Ebtekar’s tweet was accompanied with a photograph of Ayatollah Khomieni, and so our conversation took a turn to discuss him.
Limbert, who holds a PhD in History and Middle Eastern Studies from Harvard University, knows his Iranian history. In 1968, years before he was a diplomat, he published an article on the Kurds in pre-Islamic Iran in the flagship journal Iranian Studies. Since then he has published books not only on the familiar topic of US-Iran relations but on the city of Shiraz in the medieval age and its fabled mystical poet, Hafez.
“If you read history,” Limbert tells me. “you’d know Khomeini started off as a far-right politician. He was preaching against the White Revolution in 1962 and his positions were on the extreme of the religious spectrum. Not a lot of people paid attention before he shifted to a much more nationalist point of view. But people like Niloofar should have known better!”
Limbert humorously uses the birth name of Masoumeh Ebtekar before she swapped the Persian name Niloofar for the more religious-sounding Masoumeh, the name of a 9th-century relative of Shia Imams buried in the holy city of Qom in central Iran.
Limbert expresses shock not only toward Ebtekar — who the US media has often referred to as “Sister Mary” — but also by some of the people responding to her on Twitter. Common in responses are conspiracy theories that connect the Iranian Revolution to the US administration of President Jimmy Carter. For example, one person wrote: “It was US that wanted the Shah to leave and Khomeini to come. The revolution won within 10 days with support of the US and pre-planned coordinations.” Another said: “Khomeini was just another king; he came to Iran with the support of Carter, not Iranian people.”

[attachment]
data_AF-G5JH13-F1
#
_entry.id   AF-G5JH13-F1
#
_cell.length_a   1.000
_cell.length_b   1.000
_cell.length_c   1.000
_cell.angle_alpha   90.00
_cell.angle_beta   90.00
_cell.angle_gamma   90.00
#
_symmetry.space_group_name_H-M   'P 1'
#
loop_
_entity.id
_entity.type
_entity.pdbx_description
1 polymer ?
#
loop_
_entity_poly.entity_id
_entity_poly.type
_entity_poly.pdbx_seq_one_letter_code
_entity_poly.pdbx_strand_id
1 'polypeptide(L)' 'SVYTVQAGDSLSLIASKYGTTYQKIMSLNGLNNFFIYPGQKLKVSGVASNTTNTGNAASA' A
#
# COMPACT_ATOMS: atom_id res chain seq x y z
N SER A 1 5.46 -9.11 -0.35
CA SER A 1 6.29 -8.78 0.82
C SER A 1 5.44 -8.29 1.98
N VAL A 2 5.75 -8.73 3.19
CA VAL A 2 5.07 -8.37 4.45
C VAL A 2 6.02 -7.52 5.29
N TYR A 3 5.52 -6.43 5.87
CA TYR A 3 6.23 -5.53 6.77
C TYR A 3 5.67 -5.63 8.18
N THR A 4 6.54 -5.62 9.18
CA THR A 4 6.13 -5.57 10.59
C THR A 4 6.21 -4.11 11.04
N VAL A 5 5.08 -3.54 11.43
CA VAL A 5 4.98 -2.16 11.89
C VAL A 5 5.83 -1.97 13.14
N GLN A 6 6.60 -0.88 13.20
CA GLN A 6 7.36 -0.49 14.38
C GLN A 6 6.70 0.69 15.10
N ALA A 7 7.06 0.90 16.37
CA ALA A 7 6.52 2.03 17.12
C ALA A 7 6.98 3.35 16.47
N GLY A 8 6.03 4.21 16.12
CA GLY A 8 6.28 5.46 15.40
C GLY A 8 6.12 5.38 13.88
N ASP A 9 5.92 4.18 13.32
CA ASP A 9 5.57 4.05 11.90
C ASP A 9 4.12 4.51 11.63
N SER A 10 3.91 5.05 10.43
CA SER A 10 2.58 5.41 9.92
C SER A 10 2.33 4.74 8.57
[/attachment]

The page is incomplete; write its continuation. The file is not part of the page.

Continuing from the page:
“How can people still have this idea after 40 years that the revolution was caused by the foreigners or America?” Limbert asks me. “They can’t even take responsibility for it. You would think people would have more understanding after 40 years.”
Hope For the Future?
As with many conversations about Iran, we end up talking about the future.
“I am always optimistic,” Limbert tells me. “You have to be. On an emotional level, I feel like my friends and my family members should have it better than this. Everybody, whether Iranian, Russian or Zimbabwean, deserves a government that treats you decently, not one that jails journalists, human rights activists, women rights activists, professors, filmmakers and lawyers.”
His optimism is also rooted in a long view of Iranian history: “To give them credit, Iranians have been fighting for such a government. You can go back 100 years to the Constitutional Revolution of 1906-1907 and you can see Iranians fought for it and they [have been] fighting for it ever since. 1978-79 was also part of that struggle but it went seriously wrong.”
He remembers Ayatollah Khamenei, the current Supreme Leader, pretty well from his days as a hostage in the embassy. Then a young revolutionary cleric, Khamenei held talks with Limbert in Persian inside the compound.
I ask Limbert to imagine what Khamenei now thinks about his revolution, 40 years later.
“For him personally, he’s done very well,” Limbert says. “Most people, when asked to evaluate a situation, look at themselves and their close associates. If you ask him, he might say ‘I am doing fine and so are my family and my friends. So what’s the problem?’”
It seems clear, then, that holding absolute power seems to come with a lack of self-reflection — and revolutionaries-cum-rulers like Ebtekar are no exception.